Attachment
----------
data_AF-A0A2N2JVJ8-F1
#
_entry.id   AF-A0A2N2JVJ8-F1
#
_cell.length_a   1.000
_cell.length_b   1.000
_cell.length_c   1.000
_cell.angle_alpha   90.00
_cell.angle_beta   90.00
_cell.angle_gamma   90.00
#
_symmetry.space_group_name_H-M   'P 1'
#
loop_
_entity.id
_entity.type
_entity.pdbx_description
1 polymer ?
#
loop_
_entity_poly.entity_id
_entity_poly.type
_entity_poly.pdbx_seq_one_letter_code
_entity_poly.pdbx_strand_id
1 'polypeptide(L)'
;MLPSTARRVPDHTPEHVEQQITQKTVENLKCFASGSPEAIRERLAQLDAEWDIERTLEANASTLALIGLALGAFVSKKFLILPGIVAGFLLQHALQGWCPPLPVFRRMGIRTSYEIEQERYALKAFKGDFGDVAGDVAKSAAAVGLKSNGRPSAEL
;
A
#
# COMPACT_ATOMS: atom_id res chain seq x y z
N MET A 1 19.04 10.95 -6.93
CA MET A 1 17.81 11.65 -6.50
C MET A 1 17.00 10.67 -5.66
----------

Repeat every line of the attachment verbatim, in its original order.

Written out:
data_AF-A0A2N2JVJ8-F1
#
_entry.id   AF-A0A2N2JVJ8-F1
#
_cell.length_a   1.000
_cell.length_b   1.000
_cell.length_c   1.000
_cell.angle_alpha   90.00
_cell.angle_beta   90.00
_cell.angle_gamma   90.00
#
_symmetry.space_group_name_H-M   'P 1'
#
loop_
_entity.id
_entity.type
_entity.pdbx_description
1 polymer ?
#
loop_
_entity_poly.entity_id
_entity_poly.type
_entity_poly.pdbx_seq_one_letter_code
_entity_poly.pdbx_strand_id
1 'polypeptide(L)'
;MLPSTARRVPDHTPEHVEQQITQKTVENLKCFASGSPEAIRERLAQLDAEWDIERTLEANASTLALIGLALGAFVSKKFLILPGIVAGFLLQHALQGWCPPLPVFRRMGIRTSYEIEQERYALKAFKGDFGDVAGDVAKSAAAVGLKSNGRPSAEL
;
A
#
# COMPACT_ATOMS: atom_id res chain seq x y z
N MET A 1 19.04 10.95 -6.93
CA MET A 1 17.81 11.65 -6.50
C MET A 1 17.00 10.67 -5.66